Whether the evolution of wings had an impact on diversification rates was tested using the Hidden State-dependent Speciation and Extinction model (HiSSE) in the R package hisse [152]. We used the binary dataset of male wings and removed the outgroup (Embioptera). Following Song et al. [153], we then fitted 24 different models [152] including original BiSSE models [154], character-independent diversification models (CID-2 and CID-4) and HiSSE models, which assume a hidden state. All models were compared using log-likelihood, AIC and Akaike weights.

Availability of data and materials

The data supporting the conclusions of this article are included within the article and its additional files. Newly obtained sequences have been deposited in GenBank under accession number OK314533–OK314857, OK324156–OK324324, OK333379–OK334012 (see also Additional file 3: Table S7). Additional data and code for this paper are available at GitHub (https://github.com/sb4nk/Phasmatodea_flightevol).

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Acknowledgements

We are indebted to the countless people who provided numerous specimens over the last years, with special thanks going to Thomas R. Buckley (New Zealand), Nicolas Cliquennois (Madagascar), Sylvain Hugel (France), Gavin Svenson (USA), Michael F. Whiting (USA), Albert Kang (Malaysia), Bruno Kneubühler (Switzerland), Kristien Rabaey (Belgium), Valerio Scali (Italy), Katja Kramp (Germany), Savel R. Daniels (South Africa) and Donald Windsor (Panama). For information concerning the ocelli presence in certain taxa, we thank Royce T. Cumming (USA), Albert Kang (Malaysia), Nicolas Cliquennois (Madagascar) and Francis Seow-Choen (Singapore). We thank Katharina Henze for helping in the molecular lab. Photos were kindly provided by Bruno Kneubühler, Tim Lütkemeyer, Marco Niekampf and Christoph Seiler.

Funding

Open Access funding enabled and organized by Projekt DEAL. This study was supported by the German Research Foundation (DFG Grants BR 2930/4-2, BR 2930/5-1 and BR 2930/7-1).

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SBa and SBr designed the project. SBr provided materials. SBa generated and analysed the data. SBa prepared the figures and wrote the manuscript with contributions from SBr. Both authors read and approved the final manuscript.

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Correspondence to Sarah Bank.

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Supplementary Information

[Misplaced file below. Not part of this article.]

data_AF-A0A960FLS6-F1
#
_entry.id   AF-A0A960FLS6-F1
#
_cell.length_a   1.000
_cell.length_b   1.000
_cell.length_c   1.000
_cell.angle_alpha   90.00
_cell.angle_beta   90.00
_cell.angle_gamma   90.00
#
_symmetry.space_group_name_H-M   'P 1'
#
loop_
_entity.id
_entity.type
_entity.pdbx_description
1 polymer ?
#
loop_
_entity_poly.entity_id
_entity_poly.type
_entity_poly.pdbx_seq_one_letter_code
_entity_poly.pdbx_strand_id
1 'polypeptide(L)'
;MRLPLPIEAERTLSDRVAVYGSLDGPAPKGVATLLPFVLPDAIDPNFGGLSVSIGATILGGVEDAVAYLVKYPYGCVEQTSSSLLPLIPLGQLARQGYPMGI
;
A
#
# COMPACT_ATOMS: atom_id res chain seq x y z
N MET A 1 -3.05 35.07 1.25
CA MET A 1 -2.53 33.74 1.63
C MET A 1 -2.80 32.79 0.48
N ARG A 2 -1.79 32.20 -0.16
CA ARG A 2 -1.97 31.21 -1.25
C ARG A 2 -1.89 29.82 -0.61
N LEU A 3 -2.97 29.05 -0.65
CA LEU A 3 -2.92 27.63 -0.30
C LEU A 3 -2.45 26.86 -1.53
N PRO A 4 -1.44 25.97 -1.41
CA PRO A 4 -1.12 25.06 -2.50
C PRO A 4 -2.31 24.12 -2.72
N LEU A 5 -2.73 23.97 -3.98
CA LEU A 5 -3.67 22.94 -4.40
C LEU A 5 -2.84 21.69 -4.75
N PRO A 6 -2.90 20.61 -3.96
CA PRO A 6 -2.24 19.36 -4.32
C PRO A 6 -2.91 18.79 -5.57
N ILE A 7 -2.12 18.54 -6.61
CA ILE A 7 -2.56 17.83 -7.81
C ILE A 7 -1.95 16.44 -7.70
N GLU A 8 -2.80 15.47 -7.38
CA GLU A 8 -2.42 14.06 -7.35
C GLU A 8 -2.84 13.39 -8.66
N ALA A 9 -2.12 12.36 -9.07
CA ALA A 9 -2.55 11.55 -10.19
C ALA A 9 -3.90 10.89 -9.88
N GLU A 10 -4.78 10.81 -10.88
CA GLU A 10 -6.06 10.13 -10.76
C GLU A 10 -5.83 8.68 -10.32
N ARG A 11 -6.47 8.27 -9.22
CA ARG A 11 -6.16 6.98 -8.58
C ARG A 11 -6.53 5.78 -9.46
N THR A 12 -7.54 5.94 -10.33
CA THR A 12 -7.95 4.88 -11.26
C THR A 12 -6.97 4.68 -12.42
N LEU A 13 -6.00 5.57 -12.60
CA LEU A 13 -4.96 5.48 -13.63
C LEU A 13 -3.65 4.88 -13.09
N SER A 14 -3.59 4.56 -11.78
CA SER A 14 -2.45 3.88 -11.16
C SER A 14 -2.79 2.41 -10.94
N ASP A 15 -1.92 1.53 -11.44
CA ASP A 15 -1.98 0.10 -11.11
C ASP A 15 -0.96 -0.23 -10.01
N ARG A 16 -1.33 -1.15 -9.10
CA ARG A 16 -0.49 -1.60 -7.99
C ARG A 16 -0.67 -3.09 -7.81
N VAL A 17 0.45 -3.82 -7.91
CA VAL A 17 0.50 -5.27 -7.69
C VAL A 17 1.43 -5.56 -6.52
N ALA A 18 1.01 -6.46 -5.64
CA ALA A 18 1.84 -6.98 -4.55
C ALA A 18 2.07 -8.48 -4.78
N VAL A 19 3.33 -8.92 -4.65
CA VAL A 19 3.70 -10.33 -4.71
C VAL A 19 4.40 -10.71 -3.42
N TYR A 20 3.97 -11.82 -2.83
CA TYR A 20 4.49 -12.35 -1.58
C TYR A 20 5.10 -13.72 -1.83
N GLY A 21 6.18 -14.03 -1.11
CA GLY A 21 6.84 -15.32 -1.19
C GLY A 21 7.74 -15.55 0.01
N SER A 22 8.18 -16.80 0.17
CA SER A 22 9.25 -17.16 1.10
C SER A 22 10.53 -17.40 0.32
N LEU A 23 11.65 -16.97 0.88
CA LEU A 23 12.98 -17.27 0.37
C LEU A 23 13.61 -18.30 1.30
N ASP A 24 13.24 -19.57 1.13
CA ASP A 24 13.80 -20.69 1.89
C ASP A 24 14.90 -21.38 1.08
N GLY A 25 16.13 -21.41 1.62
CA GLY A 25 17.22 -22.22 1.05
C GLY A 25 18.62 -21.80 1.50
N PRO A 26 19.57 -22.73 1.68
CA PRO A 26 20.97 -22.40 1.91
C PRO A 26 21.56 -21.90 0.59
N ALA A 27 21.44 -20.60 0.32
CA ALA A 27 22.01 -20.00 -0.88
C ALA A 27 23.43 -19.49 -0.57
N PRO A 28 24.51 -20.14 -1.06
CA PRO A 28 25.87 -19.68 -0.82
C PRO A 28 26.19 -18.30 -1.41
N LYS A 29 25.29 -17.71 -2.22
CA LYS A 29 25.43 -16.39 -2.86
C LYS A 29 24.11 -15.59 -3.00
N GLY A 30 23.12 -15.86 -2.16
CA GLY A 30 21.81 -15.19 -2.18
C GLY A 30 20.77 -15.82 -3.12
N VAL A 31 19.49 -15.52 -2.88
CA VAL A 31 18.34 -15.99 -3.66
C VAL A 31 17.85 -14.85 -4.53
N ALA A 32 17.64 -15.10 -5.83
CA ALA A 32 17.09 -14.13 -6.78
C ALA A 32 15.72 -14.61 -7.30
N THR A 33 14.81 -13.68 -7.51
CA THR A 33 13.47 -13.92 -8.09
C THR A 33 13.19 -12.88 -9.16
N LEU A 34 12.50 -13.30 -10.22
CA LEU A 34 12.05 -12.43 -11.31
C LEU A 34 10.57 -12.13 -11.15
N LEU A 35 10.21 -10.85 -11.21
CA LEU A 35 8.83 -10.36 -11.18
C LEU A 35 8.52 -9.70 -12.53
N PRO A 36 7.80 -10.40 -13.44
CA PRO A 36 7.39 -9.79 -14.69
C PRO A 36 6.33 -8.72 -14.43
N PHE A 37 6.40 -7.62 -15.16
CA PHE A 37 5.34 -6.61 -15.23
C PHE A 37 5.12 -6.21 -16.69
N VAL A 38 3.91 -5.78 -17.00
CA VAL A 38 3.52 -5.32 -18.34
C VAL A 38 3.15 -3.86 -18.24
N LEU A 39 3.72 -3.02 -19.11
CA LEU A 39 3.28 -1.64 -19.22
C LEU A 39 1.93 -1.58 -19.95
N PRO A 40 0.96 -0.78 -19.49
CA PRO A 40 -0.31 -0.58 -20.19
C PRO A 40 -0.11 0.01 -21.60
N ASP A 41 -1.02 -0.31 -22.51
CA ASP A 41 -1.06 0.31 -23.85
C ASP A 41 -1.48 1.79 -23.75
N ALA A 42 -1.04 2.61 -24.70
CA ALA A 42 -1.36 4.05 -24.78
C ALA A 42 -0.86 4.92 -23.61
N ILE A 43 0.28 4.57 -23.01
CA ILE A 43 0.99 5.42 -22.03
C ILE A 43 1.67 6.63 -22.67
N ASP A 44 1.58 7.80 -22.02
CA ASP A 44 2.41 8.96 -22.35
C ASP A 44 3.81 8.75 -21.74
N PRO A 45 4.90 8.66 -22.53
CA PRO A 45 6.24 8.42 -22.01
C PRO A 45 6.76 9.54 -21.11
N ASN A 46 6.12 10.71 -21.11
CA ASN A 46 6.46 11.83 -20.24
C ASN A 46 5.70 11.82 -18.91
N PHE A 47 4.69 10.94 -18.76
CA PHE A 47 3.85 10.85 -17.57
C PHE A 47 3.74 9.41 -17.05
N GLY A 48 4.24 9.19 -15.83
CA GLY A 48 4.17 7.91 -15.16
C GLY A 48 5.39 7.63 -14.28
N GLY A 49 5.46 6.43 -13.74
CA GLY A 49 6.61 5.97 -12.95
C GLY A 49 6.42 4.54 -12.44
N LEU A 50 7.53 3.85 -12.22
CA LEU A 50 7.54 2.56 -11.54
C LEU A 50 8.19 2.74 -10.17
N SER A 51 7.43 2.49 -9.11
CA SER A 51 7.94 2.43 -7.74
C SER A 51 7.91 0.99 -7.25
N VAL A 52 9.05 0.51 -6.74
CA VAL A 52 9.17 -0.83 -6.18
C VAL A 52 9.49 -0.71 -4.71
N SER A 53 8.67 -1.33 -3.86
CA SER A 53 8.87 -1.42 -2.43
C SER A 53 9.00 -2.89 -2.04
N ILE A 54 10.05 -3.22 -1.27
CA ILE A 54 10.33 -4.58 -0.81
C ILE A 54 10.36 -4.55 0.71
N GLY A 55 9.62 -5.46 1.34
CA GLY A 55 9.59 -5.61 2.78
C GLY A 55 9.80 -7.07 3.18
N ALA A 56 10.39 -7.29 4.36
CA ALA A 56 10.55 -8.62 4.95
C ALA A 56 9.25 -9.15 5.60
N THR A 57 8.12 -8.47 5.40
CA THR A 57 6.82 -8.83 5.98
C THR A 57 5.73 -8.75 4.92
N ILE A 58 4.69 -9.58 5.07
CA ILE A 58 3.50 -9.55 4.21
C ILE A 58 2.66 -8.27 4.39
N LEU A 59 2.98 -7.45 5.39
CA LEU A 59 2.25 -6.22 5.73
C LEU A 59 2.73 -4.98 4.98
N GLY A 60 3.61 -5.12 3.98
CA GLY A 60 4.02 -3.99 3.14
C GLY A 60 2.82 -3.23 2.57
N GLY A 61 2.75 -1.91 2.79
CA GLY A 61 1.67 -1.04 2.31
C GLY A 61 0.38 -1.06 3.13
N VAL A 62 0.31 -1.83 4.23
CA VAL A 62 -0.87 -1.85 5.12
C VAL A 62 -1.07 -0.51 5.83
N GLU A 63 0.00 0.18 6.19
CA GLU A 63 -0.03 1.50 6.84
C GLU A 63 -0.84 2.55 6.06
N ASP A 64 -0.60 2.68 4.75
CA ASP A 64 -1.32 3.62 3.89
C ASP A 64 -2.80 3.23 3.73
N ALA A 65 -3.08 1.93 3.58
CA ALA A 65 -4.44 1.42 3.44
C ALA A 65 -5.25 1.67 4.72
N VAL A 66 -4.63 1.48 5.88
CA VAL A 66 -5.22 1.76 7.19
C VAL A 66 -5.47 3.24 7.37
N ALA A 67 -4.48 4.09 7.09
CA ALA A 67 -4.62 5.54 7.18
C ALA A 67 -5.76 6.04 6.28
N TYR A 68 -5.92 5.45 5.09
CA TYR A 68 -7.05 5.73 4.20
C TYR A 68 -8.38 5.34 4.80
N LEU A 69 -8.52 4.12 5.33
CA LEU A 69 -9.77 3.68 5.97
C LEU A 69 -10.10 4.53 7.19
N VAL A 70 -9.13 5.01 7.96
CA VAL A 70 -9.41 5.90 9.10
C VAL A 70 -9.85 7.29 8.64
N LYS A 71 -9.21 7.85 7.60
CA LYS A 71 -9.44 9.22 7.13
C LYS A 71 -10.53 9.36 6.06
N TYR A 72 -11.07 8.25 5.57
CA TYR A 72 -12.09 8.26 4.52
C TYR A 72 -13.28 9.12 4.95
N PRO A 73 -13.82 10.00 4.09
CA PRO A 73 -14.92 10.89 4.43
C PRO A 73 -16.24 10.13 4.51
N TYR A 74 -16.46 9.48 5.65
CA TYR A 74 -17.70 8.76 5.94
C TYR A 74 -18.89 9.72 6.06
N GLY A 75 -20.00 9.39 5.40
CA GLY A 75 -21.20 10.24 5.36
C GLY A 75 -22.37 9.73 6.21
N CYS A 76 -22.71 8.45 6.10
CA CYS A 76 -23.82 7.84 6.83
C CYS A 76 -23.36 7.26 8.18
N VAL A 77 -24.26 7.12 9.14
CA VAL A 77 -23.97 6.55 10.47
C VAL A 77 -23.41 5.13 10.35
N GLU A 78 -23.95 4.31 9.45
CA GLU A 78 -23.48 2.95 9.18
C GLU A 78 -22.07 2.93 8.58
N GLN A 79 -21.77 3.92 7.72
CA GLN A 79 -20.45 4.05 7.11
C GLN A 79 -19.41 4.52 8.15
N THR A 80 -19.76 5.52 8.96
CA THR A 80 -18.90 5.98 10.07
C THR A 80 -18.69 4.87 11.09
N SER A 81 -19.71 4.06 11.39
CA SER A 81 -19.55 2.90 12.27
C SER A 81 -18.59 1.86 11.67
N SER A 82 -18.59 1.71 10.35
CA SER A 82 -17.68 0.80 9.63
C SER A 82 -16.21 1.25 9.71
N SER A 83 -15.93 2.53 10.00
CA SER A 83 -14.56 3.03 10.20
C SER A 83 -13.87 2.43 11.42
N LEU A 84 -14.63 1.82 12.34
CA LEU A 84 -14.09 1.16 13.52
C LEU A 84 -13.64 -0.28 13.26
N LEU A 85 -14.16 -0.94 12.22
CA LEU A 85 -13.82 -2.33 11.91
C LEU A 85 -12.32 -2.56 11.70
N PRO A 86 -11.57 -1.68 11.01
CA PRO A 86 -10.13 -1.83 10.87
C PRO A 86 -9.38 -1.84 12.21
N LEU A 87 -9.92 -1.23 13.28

Additional file 1: Figure S1.

Maximum Likelihood phylogeny based on the best-scoring tree with nodal support (UFBoot and SH-aLRT) at each node (Files S1 and S2). Lock symbols represent constrained clades (B1 constraints). Character states for wings and ocelli are depicted at tips for females and males. Figure S2. Ancestral state reconstruction for males. Analysis based on the BI tree with B1 constraints (see lock symbols at nodes; File S3). Nodal support values (< 1 posterior probability) depicted at each node. Stars represent the fossils used for calibration and numbering corresponds to Table S9. T, Timematodea; ASCH, Aschiphasmatidae; A, Agathemeridae; PSEU, Pseudophasmatidae; HN, Heteronemiinae; DIAPH, Diapheromerinae; HET, Heteropterygidae; GRA, Gratidiidae sensu Cliquennois [70]; CLI, Clitumninae sensu Cliquennois [70]; BAC, Bacillinae sensu Cliquennois [70]; PHA, Pharnaciinae + Prosentoria; LANCEO, Lanceocercata; X, Xenophasmina; ST, Stephanacridini; P, Palophidae; CLA, Cladomorphinae; LONCH, Lonchodinae, NEC, Necrosciinae; AFR/MAD, African/Malagasy group including Achriopteridae, Anisacanthidae, Antongiliidae sensu Cliquennois [70], Damasippoididae and Xylicinae sensu Cliquennois [70]; PHYLL, Phylliidae. Figure S3. Ancestral state reconstruction for males. Analysis based on the BI tree with B3 constraints (see lock symbols at nodes; File S5). Nodal support values (< 1 posterior probability) depicted at each node. Stars represent the fossils used for calibration and numbering corresponds to Table S9. Abbreviations as in caption of Fig. S2. Figure S4. Ancestral state reconstruction for males. Analysis based on the BI tree with B2 constraints (see lock symbols at nodes; File S4). Nodal support values (< 1 posterior probability) depicted at each node. Stars represent the fossils used for calibration and numbering corresponds to Table S9. Abbreviations as in caption of Fig. S2. Figure S5. Ancestral state reconstruction for females. Analysis based on the BI tree with B2 constraints (see lock symbols at nodes; File S4). Nodal support values and divergence times are identical to those in Fig. S4. Stars represent the fossils used for calibration and numbering corresponds to Table S9. Abbreviations as in caption of Fig. S2. Figure S6. Ancestral state reconstruction for the binary dataset of males using the IRR model. Analysis based on the BI tree with B2 constraints (see lock symbols at nodes; File S4). Nodal support values and divergence times are identical to those in Fig. S4. Stars represent the fossils used for calibration, and numbering corresponds to Table S9. Abbreviations as in caption of Fig. S2. Figure S7. Phylorate plots resulting from diversification rate estimation in BAMM. (A) Credible set of shift configurations with posterior probabilities (pp). Mean rate parameters are model-averaged across all samples assignable to a given configuration. (B) Phylorate plot of net diversification. Model shifts are depicted as symbols on branches, with star (= Euphasmatodea) and circle (= European Bacillinae) according to the best shift configuration. The red colouration indicates rate acceleration. The grey square represents an additional potential rate shift added from the second best configuration (clade includes Pharnaciinae + Prosentoria, Palophidae, Cladomorphinae, Xenophasmina, Stephanacridini and Lanceocercata).